A Partner in Sleep Medicine

By Jennifer Webster
Friday, November 11, 2016

Referring physicians will find common health issues improve or resolve with proper sleep treatment guided by experienced sleep medicine physicians at WellSpan Health.

A technician places sensors on the patient to collect data during the sleep session that enables physicians to make an accurate diagnosis.

WellSpan Health cares for the whole patient. That’s why they promote services that address a wide variety of concerns, and why they pay careful attention to relationships — between physician and patient, and between referrer and specialist.

A case in point is WellSpan’s sleep centers, which offer sleep medicine to patients of all ages. WellSpan’s pulmonary and sleep medicine physicians diagnose and treat commonplace and rare sleep concerns, all at locations that are accessible to patients across South Central Pennsylvania.

“We have five labs,” says Richard Murray, MD, pulmonologist and Medical Director, WellSpan Gettysburg Hospital Sleep Center. “We have eight sleep pulmonologists at WellSpan York Hospital Sleep Center in Dover and two sleep pulmonologists in Gettysburg. All are also board certified in sleep medicine.”

Dr. Murray adds that 2,700 studies were performed in Dover during this past fiscal year that ended July 1. WellSpan also operates sleep centers in Lebanon, Lancaster and Denver, PA.

Sleep Awareness

Sleep interacts with almost every bodily system — circulatory, pulmonary, immune, endocrine, even psychological — in complex ways. A patient’s complaint of fatigue may have far-reaching implications; conversely, unreported sleep troubles may account for conditions that have been diagnosed but are proving resistant to treatment.

Sheela Ahmed, MD, pulmonologist with WellSpan Pulmonary and Sleep Medicine and board-certified in internal medicine, sleep medicine and critical care, notes that physicians are becoming more aware of how sleep problems, especially sleep apnea, impact health. Endocrinologists and cardiologists are now referring patients for sleep studies, Dr. Murray adds.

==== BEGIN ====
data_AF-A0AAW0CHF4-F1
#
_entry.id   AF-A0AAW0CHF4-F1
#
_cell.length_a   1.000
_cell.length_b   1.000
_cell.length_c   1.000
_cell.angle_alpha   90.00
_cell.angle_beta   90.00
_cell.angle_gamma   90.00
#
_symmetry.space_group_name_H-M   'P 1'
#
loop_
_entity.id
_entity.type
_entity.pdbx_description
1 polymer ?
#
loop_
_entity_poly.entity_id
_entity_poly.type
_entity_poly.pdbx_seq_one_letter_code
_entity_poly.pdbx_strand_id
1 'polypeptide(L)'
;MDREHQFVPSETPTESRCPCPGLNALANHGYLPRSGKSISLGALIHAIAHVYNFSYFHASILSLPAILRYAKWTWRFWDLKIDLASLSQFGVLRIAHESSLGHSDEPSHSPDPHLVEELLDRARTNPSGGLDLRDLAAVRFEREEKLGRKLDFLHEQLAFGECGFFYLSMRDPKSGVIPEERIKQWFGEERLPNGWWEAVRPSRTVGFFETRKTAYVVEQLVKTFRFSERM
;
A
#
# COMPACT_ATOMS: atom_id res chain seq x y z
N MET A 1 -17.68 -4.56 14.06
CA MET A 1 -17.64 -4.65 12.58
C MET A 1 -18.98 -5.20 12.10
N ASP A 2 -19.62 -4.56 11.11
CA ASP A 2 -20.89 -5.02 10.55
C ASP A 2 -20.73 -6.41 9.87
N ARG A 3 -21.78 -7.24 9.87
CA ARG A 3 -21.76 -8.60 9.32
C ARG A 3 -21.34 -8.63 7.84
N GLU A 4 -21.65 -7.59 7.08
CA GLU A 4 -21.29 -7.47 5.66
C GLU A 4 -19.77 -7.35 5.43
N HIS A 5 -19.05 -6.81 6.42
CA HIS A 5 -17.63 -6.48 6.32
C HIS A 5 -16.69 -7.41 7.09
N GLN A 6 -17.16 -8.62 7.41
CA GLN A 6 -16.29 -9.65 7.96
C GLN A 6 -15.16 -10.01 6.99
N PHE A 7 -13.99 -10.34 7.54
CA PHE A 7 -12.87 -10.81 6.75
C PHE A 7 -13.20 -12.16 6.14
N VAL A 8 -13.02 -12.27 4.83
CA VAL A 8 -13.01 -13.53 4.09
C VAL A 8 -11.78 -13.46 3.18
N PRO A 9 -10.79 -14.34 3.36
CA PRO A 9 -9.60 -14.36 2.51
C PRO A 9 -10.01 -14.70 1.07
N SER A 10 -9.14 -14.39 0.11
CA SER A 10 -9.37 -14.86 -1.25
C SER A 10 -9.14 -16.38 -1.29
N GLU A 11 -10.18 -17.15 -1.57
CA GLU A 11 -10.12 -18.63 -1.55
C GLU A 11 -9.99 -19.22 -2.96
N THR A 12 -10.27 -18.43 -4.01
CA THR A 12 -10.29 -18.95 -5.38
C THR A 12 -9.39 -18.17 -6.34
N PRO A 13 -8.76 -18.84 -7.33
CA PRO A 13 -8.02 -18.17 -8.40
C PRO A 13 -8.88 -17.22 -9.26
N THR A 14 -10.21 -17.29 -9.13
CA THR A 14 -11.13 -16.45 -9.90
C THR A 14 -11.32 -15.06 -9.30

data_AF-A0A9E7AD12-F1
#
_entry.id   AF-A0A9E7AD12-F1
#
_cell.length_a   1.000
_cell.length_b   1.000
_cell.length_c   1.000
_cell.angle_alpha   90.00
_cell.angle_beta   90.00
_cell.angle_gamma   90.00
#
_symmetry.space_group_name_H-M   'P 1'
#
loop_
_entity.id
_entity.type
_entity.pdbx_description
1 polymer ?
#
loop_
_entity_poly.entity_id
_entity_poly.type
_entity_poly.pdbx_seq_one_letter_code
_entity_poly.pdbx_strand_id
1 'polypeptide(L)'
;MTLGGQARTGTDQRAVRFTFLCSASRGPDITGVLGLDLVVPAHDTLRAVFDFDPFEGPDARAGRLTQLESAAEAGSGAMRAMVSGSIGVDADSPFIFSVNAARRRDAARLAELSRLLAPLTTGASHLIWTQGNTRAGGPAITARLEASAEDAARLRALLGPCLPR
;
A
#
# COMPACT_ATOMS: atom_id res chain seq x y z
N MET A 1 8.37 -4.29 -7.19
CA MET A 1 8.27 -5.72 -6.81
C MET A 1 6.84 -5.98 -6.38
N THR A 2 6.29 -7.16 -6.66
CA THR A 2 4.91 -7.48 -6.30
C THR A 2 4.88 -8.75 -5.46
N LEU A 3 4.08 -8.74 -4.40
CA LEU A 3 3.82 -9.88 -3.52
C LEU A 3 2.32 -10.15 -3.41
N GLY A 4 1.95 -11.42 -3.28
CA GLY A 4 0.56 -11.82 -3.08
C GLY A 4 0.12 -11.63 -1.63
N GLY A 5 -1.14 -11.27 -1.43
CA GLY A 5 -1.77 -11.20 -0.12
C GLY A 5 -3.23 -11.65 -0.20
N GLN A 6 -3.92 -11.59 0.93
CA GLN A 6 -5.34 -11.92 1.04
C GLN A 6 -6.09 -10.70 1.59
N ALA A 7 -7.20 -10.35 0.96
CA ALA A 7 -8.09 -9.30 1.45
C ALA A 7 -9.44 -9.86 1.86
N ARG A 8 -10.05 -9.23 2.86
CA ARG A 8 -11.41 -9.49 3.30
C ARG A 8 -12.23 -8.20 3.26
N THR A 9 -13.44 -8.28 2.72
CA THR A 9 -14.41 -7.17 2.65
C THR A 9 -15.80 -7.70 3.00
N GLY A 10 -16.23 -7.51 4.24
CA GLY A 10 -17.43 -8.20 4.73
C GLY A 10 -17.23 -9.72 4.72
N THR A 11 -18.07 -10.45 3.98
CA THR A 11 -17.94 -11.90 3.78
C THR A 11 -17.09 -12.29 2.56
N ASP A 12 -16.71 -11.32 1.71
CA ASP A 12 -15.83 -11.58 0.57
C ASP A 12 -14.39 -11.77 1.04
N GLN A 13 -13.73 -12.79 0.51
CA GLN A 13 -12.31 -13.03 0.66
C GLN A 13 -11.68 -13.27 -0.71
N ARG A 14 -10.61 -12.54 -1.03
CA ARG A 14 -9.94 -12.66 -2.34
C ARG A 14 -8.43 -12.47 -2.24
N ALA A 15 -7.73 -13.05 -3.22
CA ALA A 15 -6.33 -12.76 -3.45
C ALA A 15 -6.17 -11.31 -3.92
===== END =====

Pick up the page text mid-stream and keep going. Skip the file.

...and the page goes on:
“Patients are commonly not aware they have sleep apnea,” Dr. Ahmed says. “When you are awake, you don’t have issues with sleep apnea, so it’s unsurprising you don’t report it. But awareness among physicians is increasing. We are undertaking outreach programs to educate primary care providers, cardiologists and anesthesiologists — these are the settings in which we want sleep apnea to be identified and evaluated.”

Skilled Diagnosis

To diagnose sleep disorders, WellSpan offers standard polysomnography as well as a multiple sleep latency test, also known as a “nap study,” to detect narcolepsy. Other tests, such as a titration polysomnogram, determine the amount of air pressure needed for continuous positive pressure airway (CPAP) treatment. The maintenance of wakefulness test assesses whether a patient such as a driver or pilot is likely to fall asleep. And a wearable actigraphy device is used to monitor sleep behaviors in the home.

Testing is conveniently offered in Adams, Lancaster, Lebanon and York counties.

“Right now, the labs all perform basic sleep studies and a CPAP titration study,” Dr. Murray says. “All labs are doing more home sleep studies in selected patients. If a patient does not have COPD or cardiac problems, and there isn’t suspicion of a less common condition such as narcolepsy — just a straightforward high probability of sleep apnea in an otherwise healthy young person — we can perform a home study through any of the labs.”

Board-certified pulmonologists or sleep medicine physicians interpret the studies and make treatment recommendations.

Problems Common to Rare

As Dr. Ahmed notes, sleep apnea is among the most common concerns in sleep medicine today.